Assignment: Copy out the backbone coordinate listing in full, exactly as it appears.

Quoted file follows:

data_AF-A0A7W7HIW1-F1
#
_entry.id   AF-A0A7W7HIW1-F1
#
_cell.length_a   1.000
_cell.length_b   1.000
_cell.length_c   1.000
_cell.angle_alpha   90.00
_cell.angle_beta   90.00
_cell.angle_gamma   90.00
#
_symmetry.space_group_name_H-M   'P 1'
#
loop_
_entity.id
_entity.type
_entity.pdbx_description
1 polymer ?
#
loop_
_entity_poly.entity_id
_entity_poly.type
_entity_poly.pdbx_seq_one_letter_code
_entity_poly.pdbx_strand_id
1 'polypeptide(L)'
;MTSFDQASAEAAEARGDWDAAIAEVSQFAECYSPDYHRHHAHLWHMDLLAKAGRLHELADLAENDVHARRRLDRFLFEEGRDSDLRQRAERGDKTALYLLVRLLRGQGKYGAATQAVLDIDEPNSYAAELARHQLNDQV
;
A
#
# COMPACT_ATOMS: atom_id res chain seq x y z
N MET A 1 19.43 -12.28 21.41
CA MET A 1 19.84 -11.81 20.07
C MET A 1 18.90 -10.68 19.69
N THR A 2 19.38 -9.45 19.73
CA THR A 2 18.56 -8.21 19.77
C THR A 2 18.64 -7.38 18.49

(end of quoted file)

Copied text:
data_AF-A0A7W7HIW1-F1
#
_entry.id   AF-A0A7W7HIW1-F1
#
_cell.length_a   1.000
_cell.length_b   1.000
_cell.length_c   1.000
_cell.angle_alpha   90.00
_cell.angle_beta   90.00
_cell.angle_gamma   90.00
#
_symmetry.space_group_name_H-M   'P 1'
#
loop_
_entity.id
_entity.type
_entity.pdbx_description
1 polymer ?
#
loop_
_entity_poly.entity_id
_entity_poly.type
_entity_poly.pdbx_seq_one_letter_code
_entity_poly.pdbx_strand_id
1 'polypeptide(L)'
;MTSFDQASAEAAEARGDWDAAIAEVSQFAECYSPDYHRHHAHLWHMDLLAKAGRLHELADLAENDVHARRRLDRFLFEEGRDSDLRQRAERGDKTALYLLVRLLRGQGKYGAATQAVLDIDEPNSYAAELARHQLNDQV
;
A
#
# COMPACT_ATOMS: atom_id res chain seq x y z
N MET A 1 19.43 -12.28 21.41
CA MET A 1 19.84 -11.81 20.07
C MET A 1 18.90 -10.68 19.69
N THR A 2 19.38 -9.45 19.73
CA THR A 2 18.56 -8.21 19.77
C THR A 2 18.64 -7.38 18.49